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Q. Who is Mr. Smarty Plants?

A: There are those who suspect Wildflower Center volunteers are the culpable and capable culprits. Yet, others think staff members play some, albeit small, role. You can torture us with your plant questions, but we will never reveal the Green Guru's secret identity.

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Ask Mr. Smarty Plants

Ask Mr. Smarty Plants is a free service provided by the staff and volunteers at the Lady Bird Johnson Wildflower Center.

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Please forgive us, but Mr. Smarty Plants has been overwhelmed by a flood of mail and must take a break for awhile to catch up. We hope to be accepting new questions again soon. Thank you!

Need help with plant identification, visit the plant identification page.

 
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Wednesday - May 09, 2007

From: Austin, TX
Region: Southwest
Topic: Non-Natives, Vines
Title: Slow flowering wisteria
Answered by: Jimmy Mills

QUESTION:

We have a young wisteria growing on the side of the house. It began to flower this year for the first time. Whereas my neighbors' wisterias all bloomed in February, ours has only begun to bloom in mid-April. Is it possible that our wisteria is native, wisteria frutescens?

ANSWER:

You may have the native American wisteria (Wisteria frutescens), but more likely you have either the non-native Japanese wisteria (W. floribunda) or the Chinese wisteria (W. sinensis). Whichever it is, the wisterias are notoriously slow to flower. This may be caused by a combination of factors including the age of the plants, the amount of sunlight, and nitrogen levels in the soil. Older plants are more likely to flower, plenty of light is a necessity, and high nitrogen levels, vis-a-vis phosphorous, reduce flowering.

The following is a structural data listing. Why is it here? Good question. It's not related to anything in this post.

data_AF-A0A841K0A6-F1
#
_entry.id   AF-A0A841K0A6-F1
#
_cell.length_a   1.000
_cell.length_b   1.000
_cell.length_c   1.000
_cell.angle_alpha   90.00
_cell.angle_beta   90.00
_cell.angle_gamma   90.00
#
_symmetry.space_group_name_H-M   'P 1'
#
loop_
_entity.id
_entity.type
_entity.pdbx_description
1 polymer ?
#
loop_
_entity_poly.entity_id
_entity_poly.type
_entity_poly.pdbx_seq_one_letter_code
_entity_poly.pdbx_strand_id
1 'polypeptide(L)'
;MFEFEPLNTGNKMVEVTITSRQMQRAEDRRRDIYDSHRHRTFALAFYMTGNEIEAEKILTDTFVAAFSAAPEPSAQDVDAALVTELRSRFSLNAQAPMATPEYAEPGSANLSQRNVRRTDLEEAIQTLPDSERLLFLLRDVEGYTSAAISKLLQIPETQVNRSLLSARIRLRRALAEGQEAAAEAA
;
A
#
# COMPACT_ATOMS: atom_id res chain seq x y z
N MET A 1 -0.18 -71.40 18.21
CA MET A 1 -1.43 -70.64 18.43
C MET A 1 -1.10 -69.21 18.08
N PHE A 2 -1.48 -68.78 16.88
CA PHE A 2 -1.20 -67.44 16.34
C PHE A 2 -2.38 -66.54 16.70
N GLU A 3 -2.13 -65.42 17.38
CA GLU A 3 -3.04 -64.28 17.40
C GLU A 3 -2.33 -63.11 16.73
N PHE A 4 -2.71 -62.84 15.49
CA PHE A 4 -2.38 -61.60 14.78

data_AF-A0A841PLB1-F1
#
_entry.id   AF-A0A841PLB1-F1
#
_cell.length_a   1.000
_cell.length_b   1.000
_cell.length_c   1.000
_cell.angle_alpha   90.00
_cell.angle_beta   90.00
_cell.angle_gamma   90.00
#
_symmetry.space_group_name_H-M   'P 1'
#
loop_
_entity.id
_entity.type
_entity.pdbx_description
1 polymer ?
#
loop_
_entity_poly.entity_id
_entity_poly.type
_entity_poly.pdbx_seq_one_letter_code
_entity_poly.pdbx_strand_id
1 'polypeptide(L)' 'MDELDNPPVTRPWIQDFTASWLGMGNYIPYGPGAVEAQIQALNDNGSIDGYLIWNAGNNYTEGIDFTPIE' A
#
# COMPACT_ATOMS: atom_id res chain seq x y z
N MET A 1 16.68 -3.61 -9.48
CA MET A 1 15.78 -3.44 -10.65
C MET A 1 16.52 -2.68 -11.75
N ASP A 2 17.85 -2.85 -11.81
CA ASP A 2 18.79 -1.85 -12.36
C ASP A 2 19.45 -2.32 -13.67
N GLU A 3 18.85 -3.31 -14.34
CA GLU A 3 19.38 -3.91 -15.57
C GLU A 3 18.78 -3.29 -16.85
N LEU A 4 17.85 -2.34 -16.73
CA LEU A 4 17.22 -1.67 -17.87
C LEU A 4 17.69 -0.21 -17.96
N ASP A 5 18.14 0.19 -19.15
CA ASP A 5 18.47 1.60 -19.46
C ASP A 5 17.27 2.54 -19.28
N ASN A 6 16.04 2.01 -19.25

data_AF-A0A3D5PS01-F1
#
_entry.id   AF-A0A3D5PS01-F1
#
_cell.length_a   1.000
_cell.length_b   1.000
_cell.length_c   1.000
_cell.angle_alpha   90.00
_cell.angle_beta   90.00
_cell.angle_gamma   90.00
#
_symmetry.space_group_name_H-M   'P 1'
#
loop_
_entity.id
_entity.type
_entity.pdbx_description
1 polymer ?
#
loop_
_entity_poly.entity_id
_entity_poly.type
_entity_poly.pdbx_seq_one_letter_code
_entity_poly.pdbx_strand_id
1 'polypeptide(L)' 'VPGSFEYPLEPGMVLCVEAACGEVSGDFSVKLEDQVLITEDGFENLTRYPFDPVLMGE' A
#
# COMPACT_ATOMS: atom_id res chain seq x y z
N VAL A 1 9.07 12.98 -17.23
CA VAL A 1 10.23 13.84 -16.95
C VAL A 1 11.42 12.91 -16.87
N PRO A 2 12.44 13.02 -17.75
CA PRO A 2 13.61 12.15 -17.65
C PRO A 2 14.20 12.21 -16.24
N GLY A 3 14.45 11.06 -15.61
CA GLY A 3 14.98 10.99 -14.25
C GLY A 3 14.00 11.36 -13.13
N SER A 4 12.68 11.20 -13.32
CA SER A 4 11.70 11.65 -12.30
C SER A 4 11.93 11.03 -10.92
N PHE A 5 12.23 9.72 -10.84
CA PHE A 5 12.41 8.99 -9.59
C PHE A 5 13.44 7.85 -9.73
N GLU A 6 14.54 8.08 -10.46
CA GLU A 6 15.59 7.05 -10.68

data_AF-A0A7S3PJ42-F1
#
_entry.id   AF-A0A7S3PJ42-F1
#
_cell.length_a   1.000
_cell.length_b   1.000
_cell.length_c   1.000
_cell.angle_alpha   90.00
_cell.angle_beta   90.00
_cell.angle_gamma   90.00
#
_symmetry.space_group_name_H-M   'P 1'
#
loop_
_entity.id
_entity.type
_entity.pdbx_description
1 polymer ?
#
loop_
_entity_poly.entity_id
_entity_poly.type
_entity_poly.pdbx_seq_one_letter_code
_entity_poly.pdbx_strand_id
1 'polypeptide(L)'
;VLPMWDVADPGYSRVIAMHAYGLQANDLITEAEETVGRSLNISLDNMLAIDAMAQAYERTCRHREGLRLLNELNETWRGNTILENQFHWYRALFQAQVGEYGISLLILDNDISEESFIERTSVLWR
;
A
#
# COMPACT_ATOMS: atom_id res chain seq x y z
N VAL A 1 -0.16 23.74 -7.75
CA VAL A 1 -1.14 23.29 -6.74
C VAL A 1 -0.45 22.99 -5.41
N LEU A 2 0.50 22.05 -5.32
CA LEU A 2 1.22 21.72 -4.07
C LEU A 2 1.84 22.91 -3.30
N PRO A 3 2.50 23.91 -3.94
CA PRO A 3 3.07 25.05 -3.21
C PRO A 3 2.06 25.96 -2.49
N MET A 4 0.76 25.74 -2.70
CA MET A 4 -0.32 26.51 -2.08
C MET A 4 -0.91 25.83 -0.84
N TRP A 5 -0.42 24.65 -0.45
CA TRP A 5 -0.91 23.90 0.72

As to the identification of the plants, one fairly reliable characteristic distinguishing the different species is the length of the flowering cluster (raceme). W.floribunda is the longest with 12-18 inch racemes; W. sinensis follows with 6-12 inches; and W. frutescens is last with 4-6 inch racemes.

Check the following sites for even more information about these beautiful plants. Oregon State University Department of Horticulture, and Growing Wisteria from the Ohio State University Extension Service

 

 

 

 

 

 

 

 

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